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HomeArchiveArtist Paints in Magic, Passion and Dreams

Artist Paints in Magic, Passion and Dreams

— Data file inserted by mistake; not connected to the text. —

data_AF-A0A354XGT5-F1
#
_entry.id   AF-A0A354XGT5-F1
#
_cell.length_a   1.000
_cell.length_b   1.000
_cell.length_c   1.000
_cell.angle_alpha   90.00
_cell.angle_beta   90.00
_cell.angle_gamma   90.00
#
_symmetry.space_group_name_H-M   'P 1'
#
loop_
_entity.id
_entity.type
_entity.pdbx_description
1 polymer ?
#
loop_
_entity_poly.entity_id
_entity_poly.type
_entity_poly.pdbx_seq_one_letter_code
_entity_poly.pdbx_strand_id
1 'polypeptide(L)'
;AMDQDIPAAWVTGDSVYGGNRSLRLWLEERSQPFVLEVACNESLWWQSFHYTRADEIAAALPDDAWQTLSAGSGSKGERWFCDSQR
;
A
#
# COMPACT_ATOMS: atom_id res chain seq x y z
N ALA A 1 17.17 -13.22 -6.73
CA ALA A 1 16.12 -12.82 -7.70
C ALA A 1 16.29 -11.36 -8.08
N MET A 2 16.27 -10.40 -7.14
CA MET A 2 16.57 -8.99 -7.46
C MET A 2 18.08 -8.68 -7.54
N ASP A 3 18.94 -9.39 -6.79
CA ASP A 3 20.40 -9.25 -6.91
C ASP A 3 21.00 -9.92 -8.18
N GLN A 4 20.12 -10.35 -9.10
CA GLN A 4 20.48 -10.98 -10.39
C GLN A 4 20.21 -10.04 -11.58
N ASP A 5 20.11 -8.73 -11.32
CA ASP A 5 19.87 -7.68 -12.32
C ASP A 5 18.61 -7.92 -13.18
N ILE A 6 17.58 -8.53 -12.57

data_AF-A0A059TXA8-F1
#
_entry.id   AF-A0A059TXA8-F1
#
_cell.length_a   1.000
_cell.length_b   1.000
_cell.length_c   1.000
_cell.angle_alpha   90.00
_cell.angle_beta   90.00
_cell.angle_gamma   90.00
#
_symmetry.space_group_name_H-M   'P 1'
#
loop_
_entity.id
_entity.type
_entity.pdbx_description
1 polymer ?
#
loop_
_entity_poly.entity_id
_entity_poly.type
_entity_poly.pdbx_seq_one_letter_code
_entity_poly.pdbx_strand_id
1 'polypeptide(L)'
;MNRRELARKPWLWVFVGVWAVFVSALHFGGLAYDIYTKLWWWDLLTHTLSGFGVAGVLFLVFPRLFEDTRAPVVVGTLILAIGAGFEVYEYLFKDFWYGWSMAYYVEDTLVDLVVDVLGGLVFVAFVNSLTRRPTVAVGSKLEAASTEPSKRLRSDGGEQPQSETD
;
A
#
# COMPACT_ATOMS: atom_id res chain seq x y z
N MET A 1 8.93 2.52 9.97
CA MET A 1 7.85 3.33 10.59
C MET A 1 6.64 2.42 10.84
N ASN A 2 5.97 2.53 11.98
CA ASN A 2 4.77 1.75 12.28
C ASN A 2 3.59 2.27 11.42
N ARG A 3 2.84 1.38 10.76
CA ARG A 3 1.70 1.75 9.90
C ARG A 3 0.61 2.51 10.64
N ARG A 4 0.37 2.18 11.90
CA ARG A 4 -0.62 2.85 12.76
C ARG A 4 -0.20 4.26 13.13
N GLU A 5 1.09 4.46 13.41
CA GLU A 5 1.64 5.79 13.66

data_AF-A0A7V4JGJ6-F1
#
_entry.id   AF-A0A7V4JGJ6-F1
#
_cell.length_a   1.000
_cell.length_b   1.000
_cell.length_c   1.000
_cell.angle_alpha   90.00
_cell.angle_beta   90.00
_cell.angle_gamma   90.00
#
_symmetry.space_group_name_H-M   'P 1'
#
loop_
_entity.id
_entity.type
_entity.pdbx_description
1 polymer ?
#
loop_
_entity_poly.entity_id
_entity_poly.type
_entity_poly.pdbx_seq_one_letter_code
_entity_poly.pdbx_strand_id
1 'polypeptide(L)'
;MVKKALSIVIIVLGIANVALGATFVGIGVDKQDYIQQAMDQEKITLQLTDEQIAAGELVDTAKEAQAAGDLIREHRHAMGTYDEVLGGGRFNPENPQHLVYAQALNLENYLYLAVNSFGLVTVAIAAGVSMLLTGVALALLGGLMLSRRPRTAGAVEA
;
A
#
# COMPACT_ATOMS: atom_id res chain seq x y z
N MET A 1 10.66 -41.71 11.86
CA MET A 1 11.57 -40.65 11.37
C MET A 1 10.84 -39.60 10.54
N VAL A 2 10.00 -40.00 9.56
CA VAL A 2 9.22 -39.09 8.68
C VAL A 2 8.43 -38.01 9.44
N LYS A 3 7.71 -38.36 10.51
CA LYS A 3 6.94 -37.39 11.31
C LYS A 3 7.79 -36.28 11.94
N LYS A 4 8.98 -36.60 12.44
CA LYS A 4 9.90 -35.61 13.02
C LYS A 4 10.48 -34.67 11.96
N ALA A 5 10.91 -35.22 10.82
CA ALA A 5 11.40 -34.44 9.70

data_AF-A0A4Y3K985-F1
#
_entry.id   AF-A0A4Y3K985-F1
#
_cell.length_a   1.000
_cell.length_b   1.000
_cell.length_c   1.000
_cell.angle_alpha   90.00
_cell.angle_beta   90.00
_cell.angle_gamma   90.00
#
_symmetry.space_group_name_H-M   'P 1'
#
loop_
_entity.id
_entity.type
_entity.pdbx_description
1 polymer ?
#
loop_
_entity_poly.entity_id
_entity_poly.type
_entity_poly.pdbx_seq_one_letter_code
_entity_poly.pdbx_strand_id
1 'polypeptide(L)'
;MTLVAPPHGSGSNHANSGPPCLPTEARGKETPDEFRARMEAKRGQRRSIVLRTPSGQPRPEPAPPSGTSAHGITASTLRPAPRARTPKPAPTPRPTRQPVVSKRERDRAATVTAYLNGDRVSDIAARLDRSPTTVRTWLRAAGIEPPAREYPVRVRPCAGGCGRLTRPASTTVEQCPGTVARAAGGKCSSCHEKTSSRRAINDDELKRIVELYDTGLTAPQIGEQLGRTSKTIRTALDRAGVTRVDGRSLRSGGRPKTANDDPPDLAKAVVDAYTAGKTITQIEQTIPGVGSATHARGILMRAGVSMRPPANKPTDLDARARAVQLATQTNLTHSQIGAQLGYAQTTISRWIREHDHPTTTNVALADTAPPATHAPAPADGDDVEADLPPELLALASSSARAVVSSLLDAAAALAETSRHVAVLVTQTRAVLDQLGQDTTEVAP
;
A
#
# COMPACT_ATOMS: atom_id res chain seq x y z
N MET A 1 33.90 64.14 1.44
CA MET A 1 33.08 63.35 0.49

WITH 66 paintings spanning almost50 years, the Rafa Fernández collection,Magia, Pasión y Ensueños (Magic, Passionand Dreams), is a glimpse at the evolutionof one of Costa Rica’s most recognizableand distinguished artists. Presenting worksfrom 1957 to 2004, the exhibit now on displayat the Costa Rican Art Museum is ananthology of Fernández’s accomplishmentsand a celebration of the feminine.Born in San José in 1934, Fernándezattended the Casa del Artista art school inGuadalupe, a suburb northeast of San José,before accepting a scholarship to theSchool of Fine Arts in Nicaragua. There,he studied with Rodrigo Penalba, an influencethat would later be reflected inFernández’s use of tone and color. Alsoinfluencing the artist’s style and expressionwould be time spent in Spain studying atthe Circle of Fine Arts in Madrid. Hisworks have gained international distinctionand have been shown in France, Spain, theUnited States, Colombia, Honduras,Panama, Nicaragua and Guatemala.The collection features many appealingaspects, the most obvious of which isFernández’s portrayal of the heroine.Strong, graceful, vibrant women are centralto the artist’s work and form a runningtheme throughout the exhibit.In addition to expressing the strength ofthe feminine, Fernández depicts the centralityof woman in an ethereal, dreamy way.Most of his women are adorned with lavishVictorian-style hats and the occasional birdas a recurring feature. Thus does the artistcapture the essence of soft elegance andleisure. The underlying themes of mystery,sensuality and strength aptly symbolizeMagic, Passion and Dreams.In his exploration of the human figure,Fernández employs a magical realism thatis central to his feminine characters. Wesee throughout the collection a changing inthe use of lines, several years of monochromaticexpression combined with flowing,inexact lines, then back again to theanimated and bold.The artist’s more radical changes inexpression involve the use of structure andcolor expressed with more and moreauthority. With explosions of color, he createsthe archetypal beauty using themes ofdesire and fascination combined with softand hard form. Throughout decades ofFernández women, “la mujer eterna” (theeternal woman) is expressed as all ages andageless: in the grandmother, the infant, thefriends and the beautiful, young, solitarywomen. Rarely do we get to see a collectionthat encompasses so many influences,styles and years.Included in the display is a limited-editionConcha y Toro wine bottle whose labelis a reproduction of one of Fernández’smore popular paintings. This particularpiece, Mujeres, Vino y Ausente (Women,Wine and Absent One), portrays fivewomen sitting around a table, all in trueFernández style, complete with hats, birdsand wine. Another favorite is El Sueño(The Dream), which captures the essenceof Fernández’s style and use of color.In addition to his traditional works, themuseum has on display three ofFernández’s creations or “toys,” whosemovements can be manipulated by theonlooker. These three-deminsional figuresdisplaying characteristic Fernández styleadd a unique interactive element for theviewer – a nice touch that allows us to participatein the artist’s vision.“What we have on display is the best ofthe best of Rafa Fernández,” says MaríaElena Masís, exhibit planner at the museum.She says it took more than a year toacquire the 66-piece collection, whichincludes works from the museum’s owncollection, the artist’s collection and privatecollections.This range of work reflects an artisticexploration from the brilliant to the subtle,and from small format to large format; thecollection is varied yet distinctly Fernández.True to the nature of the artist is theneed to change modes of expression. Thechanges in Fernández’s works over time area tribute to five decades of talent and hisvision of what is beautiful about women.The exhibit can be seen at the CostaRican Art Museum, on the east side of LaSabana Park, through March 27. Themuseum is open Tuesday-Saturday, 10a.m.-4 p.m., with free admission onSundays from 10 a.m.-2 p.m. For information,visit or call 222-7155 or 222-7247.


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